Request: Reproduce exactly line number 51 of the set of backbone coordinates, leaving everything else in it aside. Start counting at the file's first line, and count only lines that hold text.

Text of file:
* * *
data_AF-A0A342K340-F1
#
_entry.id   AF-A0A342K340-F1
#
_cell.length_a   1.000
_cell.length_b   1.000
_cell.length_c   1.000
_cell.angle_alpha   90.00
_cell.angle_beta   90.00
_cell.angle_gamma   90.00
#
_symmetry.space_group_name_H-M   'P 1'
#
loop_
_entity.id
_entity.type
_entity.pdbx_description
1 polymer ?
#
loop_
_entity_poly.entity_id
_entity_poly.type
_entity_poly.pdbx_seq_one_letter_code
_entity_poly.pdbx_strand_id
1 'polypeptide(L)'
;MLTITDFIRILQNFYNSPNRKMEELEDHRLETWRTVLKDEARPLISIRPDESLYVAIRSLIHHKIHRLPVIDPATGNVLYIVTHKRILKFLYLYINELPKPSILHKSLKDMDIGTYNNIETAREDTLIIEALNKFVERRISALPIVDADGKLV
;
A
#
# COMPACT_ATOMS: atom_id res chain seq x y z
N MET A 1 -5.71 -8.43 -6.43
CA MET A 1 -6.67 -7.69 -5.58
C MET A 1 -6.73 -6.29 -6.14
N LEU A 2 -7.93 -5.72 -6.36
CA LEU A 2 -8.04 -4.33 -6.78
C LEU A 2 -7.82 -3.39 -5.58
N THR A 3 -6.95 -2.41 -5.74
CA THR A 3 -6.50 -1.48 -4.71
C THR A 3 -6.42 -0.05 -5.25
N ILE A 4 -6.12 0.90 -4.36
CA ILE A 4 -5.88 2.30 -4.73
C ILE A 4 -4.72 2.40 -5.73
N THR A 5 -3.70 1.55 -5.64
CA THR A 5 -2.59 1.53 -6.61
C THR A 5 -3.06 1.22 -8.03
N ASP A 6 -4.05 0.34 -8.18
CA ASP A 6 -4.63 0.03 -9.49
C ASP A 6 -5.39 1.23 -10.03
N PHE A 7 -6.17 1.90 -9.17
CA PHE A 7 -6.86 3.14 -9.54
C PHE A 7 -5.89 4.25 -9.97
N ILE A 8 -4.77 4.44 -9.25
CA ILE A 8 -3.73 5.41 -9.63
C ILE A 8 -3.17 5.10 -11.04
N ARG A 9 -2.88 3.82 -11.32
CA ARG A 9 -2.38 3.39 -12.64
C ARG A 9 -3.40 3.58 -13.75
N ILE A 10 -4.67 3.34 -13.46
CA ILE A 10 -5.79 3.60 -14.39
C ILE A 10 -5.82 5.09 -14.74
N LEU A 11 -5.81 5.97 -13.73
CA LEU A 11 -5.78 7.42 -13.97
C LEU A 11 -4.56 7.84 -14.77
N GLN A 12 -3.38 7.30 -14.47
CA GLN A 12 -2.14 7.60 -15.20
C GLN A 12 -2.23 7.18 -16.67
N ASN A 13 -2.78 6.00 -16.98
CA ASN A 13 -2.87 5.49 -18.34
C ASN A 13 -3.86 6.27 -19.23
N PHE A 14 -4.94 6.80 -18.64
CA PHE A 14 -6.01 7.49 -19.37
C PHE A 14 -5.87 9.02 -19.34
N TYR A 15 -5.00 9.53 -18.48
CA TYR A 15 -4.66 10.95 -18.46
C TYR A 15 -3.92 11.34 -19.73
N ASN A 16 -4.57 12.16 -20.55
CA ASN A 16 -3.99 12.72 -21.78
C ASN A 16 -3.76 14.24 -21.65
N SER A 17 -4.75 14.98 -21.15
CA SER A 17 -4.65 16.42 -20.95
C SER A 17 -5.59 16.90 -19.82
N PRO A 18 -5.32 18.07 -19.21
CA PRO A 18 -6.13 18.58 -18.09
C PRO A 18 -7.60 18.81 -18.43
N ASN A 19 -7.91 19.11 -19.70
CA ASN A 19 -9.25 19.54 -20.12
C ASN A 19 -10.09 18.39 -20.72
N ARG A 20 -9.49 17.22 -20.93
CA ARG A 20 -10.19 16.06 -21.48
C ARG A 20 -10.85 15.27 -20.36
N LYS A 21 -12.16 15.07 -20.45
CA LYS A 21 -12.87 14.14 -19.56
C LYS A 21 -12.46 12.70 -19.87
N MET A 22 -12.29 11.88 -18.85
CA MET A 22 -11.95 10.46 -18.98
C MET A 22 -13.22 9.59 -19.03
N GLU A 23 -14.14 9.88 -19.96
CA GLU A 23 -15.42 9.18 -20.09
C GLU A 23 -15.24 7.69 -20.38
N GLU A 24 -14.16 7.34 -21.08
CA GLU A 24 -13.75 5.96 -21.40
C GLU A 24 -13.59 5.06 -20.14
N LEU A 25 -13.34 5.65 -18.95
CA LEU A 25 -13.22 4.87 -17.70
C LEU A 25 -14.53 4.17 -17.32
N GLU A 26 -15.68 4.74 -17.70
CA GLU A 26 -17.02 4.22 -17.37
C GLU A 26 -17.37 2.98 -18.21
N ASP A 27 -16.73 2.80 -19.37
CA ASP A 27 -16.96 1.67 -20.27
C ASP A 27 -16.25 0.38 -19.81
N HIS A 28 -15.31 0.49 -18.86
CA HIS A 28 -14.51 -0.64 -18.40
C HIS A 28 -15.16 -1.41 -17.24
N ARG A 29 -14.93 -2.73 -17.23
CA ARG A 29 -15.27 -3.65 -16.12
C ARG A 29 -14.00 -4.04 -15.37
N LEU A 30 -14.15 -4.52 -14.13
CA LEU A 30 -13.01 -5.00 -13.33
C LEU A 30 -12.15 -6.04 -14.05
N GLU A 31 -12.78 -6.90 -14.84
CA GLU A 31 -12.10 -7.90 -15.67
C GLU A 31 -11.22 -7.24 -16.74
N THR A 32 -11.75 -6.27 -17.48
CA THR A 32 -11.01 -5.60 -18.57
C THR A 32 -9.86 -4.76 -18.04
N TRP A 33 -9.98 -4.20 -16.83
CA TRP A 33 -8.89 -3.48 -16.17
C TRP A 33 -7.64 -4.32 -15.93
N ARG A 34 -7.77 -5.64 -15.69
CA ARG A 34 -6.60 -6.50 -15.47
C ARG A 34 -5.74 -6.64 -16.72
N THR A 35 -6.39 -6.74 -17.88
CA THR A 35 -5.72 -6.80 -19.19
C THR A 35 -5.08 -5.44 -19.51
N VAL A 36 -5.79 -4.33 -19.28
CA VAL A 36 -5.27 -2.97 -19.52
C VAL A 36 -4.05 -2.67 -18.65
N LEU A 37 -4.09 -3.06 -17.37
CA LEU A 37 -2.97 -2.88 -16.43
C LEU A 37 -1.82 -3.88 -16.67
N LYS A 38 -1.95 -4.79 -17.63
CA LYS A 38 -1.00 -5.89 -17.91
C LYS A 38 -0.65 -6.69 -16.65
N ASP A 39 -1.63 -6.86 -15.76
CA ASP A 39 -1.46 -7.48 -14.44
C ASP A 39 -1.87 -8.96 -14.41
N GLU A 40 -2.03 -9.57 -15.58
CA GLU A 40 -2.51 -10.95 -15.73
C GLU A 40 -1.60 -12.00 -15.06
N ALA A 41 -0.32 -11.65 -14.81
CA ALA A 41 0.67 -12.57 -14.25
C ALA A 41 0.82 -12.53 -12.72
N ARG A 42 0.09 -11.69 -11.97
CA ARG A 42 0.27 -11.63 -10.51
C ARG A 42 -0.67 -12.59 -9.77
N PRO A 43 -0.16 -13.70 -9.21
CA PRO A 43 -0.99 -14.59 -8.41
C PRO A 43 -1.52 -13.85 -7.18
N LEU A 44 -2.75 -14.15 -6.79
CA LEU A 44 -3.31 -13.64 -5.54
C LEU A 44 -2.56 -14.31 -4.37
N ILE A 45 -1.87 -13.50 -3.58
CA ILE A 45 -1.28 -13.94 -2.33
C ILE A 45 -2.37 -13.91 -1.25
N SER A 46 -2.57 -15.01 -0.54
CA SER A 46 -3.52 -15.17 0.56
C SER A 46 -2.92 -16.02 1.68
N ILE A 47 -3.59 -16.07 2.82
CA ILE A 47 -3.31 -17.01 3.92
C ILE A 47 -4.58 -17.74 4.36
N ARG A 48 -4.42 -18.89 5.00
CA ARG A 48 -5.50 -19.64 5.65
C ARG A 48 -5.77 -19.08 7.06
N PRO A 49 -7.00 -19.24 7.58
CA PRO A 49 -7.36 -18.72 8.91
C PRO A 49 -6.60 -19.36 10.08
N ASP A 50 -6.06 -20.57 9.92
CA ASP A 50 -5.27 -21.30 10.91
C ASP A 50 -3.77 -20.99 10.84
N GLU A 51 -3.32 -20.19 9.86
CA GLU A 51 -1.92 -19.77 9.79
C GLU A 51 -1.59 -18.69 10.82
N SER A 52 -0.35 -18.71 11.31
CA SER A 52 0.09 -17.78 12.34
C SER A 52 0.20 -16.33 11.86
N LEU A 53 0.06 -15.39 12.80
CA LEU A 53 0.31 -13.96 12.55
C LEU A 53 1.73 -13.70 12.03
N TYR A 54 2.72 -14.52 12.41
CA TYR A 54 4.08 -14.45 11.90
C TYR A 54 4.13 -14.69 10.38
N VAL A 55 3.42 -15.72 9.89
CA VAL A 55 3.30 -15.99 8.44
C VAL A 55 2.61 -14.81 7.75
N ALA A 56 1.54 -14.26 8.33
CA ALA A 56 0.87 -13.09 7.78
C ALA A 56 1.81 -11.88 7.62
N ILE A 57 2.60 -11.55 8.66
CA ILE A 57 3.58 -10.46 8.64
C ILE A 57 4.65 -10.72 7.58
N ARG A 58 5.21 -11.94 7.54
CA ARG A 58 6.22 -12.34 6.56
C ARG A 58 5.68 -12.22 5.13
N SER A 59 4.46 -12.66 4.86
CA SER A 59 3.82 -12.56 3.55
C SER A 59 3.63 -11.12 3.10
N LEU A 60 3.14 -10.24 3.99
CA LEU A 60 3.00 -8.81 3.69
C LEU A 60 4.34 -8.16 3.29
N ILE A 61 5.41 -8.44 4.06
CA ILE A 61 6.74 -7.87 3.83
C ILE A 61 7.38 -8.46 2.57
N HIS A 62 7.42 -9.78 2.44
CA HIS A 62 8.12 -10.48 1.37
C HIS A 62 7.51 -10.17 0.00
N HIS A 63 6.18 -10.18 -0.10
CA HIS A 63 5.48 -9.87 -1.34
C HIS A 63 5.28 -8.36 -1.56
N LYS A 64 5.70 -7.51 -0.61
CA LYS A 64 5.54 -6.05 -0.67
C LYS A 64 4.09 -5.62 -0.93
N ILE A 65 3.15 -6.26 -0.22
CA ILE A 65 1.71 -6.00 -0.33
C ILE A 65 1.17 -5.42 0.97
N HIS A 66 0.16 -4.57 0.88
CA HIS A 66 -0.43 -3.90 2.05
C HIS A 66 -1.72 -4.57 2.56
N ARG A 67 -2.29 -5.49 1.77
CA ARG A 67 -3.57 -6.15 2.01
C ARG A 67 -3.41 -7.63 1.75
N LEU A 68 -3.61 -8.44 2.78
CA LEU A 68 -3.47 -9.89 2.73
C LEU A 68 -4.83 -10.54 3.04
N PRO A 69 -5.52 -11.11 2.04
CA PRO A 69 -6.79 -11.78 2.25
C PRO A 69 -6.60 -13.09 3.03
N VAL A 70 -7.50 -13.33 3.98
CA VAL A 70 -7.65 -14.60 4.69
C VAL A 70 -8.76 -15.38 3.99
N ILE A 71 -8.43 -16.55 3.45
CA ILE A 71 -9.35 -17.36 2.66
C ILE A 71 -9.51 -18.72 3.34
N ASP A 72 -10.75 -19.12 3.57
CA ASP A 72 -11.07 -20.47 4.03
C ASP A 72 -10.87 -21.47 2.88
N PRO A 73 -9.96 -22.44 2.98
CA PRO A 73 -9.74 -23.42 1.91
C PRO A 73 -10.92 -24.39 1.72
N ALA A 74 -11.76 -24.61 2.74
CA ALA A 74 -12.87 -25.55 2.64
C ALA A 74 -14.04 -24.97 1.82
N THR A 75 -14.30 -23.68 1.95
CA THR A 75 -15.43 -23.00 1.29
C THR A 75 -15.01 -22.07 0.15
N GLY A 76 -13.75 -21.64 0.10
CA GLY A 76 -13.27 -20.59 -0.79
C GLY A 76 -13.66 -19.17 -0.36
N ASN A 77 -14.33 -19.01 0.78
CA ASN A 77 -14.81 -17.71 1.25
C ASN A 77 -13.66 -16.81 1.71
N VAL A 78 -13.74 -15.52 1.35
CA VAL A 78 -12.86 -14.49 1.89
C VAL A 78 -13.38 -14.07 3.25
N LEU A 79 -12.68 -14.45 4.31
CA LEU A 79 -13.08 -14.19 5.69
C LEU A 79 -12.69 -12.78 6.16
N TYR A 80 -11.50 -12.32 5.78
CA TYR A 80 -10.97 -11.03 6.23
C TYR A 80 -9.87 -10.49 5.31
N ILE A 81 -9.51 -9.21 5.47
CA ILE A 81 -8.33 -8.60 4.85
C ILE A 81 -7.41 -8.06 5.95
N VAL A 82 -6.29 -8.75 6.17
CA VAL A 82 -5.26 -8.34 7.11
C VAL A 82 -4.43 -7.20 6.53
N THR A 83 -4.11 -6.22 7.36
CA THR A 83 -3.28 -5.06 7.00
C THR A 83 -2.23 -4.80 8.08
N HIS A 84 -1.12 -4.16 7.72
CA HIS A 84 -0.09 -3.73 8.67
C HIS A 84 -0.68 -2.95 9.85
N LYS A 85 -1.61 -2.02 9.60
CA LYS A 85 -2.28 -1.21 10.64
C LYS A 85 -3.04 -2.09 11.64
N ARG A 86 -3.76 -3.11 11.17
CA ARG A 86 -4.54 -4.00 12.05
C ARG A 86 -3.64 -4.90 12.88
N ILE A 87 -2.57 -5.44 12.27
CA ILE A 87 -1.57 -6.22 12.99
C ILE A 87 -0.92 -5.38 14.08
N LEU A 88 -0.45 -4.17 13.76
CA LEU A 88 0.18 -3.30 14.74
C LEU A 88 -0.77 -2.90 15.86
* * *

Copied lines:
C PHE A 7 -5.89 4.25 -9.97